It began with an attack, led by a bearded man, seeking to destroy the government of a country which stood for everything he stood against. Even though he failed, the people of the country began to fear bearded men like him, began to fear men who came from the same religious background. Right-wing religious, political, and media leaders referred to these people as vermin, less than human. They blamed them for the country's woes, a sick economy, a decline of national culture and stature. Popular cartoons appeared mocking their religion. Their places of worship, houses, and businesses were attacked. Their books were burned...
This may sound familiar to anyone following the current trend of anti-Muslim furor in this country. Osama Bin Laden attacked us. Right-wingers have stirred up anti-Islamic feelings. Those feelings have taken root in people who have suffered in our current economic downturn. Recently, a Muslim cab driver and a mosque were attacked. Now a Florida church plans to burn hundreds of Korans, the Muslim holy book, which have been sent to them from people all over the country.
But the story I began with is not the story of America's relationship with Islam following the September 11th attacks. It is the story of a different country, in a different time. Let me tell you the rest.
Over time, the dehumanization of these "enemies of the state" became accepted by the majority. After that, it was easy to pass laws restricting their freedoms. But this didn't make the people of the country feel quite safe enough. It was then suggested that there was an easy solution to the problem these enemies of the state presented. Kick them out.
I'm reminded of the simplistic solution many right-wingers have offered to the influx of illegal immigrants in this country. But this story isn't about Mexicans either.
But the solution wasn't that easy. Where would these people go? Neighboring countries didn't want them. In the meantime, they were forced to move into cordoned-off slums and makeshift encampments. These became overcrowded. Disease was rampant. The manpower and money necessary to keep these places under control was overwhelming. It was then that someone came up with a different solution. A permanent one.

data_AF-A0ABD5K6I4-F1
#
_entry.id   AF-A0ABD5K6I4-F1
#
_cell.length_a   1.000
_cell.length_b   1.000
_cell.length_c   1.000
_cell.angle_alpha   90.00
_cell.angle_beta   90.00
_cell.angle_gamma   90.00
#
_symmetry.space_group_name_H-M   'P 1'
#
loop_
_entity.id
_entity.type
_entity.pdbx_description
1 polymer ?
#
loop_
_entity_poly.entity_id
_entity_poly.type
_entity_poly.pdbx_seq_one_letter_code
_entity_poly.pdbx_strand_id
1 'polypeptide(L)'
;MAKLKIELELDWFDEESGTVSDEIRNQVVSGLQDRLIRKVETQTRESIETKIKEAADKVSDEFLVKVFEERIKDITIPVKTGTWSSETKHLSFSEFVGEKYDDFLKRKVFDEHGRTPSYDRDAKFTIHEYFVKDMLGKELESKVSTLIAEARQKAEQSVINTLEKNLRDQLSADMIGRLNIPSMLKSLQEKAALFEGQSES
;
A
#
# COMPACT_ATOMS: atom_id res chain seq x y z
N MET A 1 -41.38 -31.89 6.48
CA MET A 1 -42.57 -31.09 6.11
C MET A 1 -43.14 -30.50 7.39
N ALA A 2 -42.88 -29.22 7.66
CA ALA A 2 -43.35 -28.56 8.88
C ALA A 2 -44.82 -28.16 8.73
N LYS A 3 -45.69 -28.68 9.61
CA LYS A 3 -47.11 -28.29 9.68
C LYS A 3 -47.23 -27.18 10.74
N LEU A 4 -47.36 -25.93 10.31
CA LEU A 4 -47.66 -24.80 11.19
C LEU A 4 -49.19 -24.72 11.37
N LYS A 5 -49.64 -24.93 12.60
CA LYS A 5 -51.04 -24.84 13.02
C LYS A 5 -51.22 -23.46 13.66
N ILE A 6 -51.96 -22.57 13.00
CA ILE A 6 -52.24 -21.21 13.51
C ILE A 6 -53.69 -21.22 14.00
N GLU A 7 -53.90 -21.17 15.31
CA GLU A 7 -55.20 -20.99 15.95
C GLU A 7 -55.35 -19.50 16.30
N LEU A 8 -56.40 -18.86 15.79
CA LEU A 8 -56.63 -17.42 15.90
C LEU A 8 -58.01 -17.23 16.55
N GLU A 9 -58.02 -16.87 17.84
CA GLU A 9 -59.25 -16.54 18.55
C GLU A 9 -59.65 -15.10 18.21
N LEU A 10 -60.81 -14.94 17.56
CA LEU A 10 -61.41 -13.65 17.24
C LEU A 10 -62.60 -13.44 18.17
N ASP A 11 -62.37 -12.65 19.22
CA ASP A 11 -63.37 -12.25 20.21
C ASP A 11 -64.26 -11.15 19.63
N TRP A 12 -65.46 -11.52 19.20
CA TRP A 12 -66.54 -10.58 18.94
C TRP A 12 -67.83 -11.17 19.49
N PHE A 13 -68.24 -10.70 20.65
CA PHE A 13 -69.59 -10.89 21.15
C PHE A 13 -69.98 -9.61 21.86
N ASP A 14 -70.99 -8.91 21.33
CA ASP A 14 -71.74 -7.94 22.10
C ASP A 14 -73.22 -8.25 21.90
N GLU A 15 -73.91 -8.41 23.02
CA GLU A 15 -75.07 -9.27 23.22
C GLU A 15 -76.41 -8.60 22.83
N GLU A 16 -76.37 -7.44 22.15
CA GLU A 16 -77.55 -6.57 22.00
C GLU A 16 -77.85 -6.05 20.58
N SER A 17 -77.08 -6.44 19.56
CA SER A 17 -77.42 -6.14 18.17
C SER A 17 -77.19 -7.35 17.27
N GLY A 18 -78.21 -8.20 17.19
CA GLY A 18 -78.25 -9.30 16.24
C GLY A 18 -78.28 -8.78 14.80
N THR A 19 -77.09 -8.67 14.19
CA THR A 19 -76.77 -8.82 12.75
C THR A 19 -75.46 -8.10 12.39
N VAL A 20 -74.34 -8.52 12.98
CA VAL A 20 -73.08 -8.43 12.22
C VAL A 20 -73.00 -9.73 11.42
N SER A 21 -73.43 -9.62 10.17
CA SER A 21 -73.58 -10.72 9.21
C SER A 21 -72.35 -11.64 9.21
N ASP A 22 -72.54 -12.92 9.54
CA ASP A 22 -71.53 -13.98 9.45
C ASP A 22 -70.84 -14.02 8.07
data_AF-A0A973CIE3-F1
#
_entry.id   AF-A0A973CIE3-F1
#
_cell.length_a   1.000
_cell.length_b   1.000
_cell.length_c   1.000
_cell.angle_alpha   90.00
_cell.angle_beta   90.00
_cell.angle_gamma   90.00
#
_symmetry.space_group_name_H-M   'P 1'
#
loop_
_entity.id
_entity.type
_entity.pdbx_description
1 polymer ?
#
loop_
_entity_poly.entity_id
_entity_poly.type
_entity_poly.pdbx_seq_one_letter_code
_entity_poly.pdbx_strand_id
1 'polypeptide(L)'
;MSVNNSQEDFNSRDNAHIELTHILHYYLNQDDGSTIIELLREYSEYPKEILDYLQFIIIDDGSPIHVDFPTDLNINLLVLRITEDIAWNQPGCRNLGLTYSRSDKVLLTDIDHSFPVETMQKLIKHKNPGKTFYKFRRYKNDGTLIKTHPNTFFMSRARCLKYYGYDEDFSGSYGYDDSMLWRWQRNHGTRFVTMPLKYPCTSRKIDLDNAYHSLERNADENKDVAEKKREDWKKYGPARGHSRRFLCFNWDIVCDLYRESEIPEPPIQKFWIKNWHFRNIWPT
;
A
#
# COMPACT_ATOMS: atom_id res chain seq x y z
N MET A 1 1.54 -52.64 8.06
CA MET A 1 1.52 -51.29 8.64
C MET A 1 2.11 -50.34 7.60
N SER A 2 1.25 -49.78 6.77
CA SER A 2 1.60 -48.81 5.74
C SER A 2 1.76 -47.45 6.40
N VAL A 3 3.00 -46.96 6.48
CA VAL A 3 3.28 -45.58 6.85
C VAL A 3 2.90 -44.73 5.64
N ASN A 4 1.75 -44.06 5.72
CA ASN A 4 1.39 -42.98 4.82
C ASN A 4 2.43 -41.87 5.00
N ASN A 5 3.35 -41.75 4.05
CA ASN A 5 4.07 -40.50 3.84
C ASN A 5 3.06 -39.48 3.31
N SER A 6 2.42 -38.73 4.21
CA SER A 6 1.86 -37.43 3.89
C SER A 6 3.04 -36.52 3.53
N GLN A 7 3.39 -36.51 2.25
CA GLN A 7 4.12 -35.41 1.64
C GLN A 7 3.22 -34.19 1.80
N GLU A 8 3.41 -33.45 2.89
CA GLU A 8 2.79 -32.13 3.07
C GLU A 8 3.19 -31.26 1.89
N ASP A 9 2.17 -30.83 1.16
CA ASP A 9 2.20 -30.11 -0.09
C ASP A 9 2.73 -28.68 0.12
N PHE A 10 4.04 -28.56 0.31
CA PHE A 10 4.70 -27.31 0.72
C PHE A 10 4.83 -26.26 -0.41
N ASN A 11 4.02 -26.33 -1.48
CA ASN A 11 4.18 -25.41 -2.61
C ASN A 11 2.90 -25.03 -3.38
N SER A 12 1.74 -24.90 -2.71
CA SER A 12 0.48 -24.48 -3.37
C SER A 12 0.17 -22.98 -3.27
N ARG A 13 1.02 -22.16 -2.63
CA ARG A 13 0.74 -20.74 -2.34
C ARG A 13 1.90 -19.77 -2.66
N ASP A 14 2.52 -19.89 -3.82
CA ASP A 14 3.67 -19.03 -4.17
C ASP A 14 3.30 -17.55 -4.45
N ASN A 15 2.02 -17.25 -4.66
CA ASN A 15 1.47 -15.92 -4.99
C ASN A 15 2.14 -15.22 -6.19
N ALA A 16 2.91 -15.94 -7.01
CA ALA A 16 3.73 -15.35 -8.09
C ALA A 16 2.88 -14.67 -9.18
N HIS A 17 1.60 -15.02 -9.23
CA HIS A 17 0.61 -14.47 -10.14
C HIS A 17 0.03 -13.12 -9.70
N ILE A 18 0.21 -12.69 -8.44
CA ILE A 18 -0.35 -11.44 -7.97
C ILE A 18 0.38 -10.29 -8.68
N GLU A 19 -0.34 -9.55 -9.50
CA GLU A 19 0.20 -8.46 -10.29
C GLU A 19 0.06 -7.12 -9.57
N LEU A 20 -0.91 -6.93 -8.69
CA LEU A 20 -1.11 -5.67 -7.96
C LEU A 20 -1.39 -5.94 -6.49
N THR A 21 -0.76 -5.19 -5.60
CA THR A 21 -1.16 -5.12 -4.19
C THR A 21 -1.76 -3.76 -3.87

Hopefully, you've figured out what story I'm telling here. It's the first part to a more popularly known story, an introduction that often gets skipped over, simply because the details of the final part are so chilling, so monstrous.
It's the story of a Jew, Kurt Eisner, who led the overthrow of the German government in Munich at the end of World War I, and was a key figure in forcing Germany's surrender. He didn't do it because he was a Jew, he did it because he was a radical communist. But his attack gave fuel to the right-wing forces that claimed Germany's defeat in World War I was due to leftist elements in their own country, not superior foreign might.
In this atmosphere of hatred, a new leader rose to power. He built his constituency by playing to their basest fears-- that Jews and the communists were trying to destroy their country. His hateful words inspired Germans to terrorize all Jews, no matter what their political beliefs. It was just a matter of time before this leader put into action his "final solution."
Could such a thing happen here? We're not at that part of our story yet. But the first few chapters written after 9/11 look eerily similar to that story of the past, with Muslims (and dark-skinned immigrants) instead of Jews. The Koran-burning parishioners are a reminder that people tend to follow their leaders, even into madness. 11,207 people are fans of this event on Facebook.
How many would have been fans of Kristallnacht?
Jews have a saying: "Never Again." I think that includes making sure that no other group is ever subjected to the kind of hate that spurs the most demonic violence in men.
So I've started a "Americans Against International Burn A Koran Day" group on Facebook. Show that there are enough Americans out there who recognize the signs of a country spiraling towards madness.
"Where they have burned books, they will end in burning human beings." -Heinrich Heine
[UPDATE: The book burning was canceled, proving that when the majority of good people stands up to the minority of bigots, the bigots sit back down.]